The Superfoods of the Greek Cuisine: Oregano


Oregano

The ancient Greeks considered it a symbol of hapinnes and joy, which is why wedding wreaths were also made with twigs of Oregano. They also knew of its curative properties and used it internally as a tisane to treat food poisoning, diarrhoea and colic, as well as externally to relieve skin inflamations. Up until a few decades ago, Crete's folk Medicine practitioners would fry oregano leaves in olive oilto make a poultice that relieved back pain and used its oil to sooth toothache.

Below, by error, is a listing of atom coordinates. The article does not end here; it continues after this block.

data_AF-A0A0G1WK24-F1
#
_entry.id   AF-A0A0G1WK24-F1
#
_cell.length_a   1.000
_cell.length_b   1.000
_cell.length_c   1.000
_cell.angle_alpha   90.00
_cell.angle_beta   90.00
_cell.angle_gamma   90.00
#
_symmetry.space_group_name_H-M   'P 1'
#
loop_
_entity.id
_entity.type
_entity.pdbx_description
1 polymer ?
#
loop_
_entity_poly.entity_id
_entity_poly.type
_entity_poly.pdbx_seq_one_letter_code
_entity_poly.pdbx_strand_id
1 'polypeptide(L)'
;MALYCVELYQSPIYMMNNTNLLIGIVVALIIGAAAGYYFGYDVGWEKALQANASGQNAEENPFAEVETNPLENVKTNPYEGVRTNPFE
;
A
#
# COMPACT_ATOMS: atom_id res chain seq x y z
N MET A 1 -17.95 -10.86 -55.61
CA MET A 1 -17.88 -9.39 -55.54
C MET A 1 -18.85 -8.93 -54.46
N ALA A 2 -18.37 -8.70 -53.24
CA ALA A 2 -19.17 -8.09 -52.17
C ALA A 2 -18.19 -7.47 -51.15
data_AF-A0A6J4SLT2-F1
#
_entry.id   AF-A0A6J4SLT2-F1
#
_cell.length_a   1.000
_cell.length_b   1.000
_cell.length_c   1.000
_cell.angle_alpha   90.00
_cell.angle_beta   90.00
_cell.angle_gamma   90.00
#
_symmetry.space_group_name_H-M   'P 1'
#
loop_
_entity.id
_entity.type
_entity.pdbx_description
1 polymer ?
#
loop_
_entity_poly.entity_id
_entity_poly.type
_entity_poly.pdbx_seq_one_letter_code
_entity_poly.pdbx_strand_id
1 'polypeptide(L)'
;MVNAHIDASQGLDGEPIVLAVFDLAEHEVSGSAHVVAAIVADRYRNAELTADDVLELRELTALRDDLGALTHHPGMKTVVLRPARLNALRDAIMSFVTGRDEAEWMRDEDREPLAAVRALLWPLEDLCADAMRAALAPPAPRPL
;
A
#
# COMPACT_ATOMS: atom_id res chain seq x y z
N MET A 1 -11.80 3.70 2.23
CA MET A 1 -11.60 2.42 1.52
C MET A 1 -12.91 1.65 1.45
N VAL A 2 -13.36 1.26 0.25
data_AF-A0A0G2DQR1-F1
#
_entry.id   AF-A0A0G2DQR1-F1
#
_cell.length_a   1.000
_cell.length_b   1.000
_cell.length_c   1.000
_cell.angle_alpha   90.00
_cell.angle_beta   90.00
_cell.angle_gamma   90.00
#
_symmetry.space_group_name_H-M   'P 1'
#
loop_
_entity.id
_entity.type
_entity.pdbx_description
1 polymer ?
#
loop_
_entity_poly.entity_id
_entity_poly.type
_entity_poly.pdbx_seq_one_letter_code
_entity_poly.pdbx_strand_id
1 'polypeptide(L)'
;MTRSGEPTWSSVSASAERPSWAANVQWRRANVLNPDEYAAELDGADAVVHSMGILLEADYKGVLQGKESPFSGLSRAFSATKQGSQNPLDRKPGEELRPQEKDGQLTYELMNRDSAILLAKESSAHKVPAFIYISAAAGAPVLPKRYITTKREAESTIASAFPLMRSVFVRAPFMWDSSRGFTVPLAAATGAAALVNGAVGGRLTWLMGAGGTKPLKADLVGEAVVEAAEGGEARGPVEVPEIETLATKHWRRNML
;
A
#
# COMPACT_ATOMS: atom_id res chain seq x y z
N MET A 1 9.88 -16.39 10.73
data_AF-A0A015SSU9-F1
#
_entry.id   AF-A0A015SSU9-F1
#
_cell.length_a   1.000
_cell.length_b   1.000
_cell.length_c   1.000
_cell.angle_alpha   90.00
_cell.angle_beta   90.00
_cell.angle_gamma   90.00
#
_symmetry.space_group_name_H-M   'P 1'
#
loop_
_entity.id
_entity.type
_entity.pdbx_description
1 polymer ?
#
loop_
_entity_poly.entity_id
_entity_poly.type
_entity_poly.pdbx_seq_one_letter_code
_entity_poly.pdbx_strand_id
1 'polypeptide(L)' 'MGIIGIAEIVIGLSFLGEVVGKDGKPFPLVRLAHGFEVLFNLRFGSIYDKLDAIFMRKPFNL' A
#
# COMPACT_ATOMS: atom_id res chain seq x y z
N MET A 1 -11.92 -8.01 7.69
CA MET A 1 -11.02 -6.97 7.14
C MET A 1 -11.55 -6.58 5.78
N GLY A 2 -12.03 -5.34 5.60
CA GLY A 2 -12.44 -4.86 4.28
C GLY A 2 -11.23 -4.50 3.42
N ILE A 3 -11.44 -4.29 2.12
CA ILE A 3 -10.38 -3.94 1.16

Oregano is among the herbs with the highest vitamice C content, and also contains calcium, magnesium, zinc, iron, potassium, copper, boron, magnese and vitamine A. It has antibiotic and antiseptic qualities, particularly as an essential oil, and it is used to alleviate systoms of flu, the common cold, gum disease and throat infections (as a gargle). Its antioxidant properties are 42 times greater than apples, 30 times greater than potatoes, 12 times greater than oranges and four times greater than blackberries!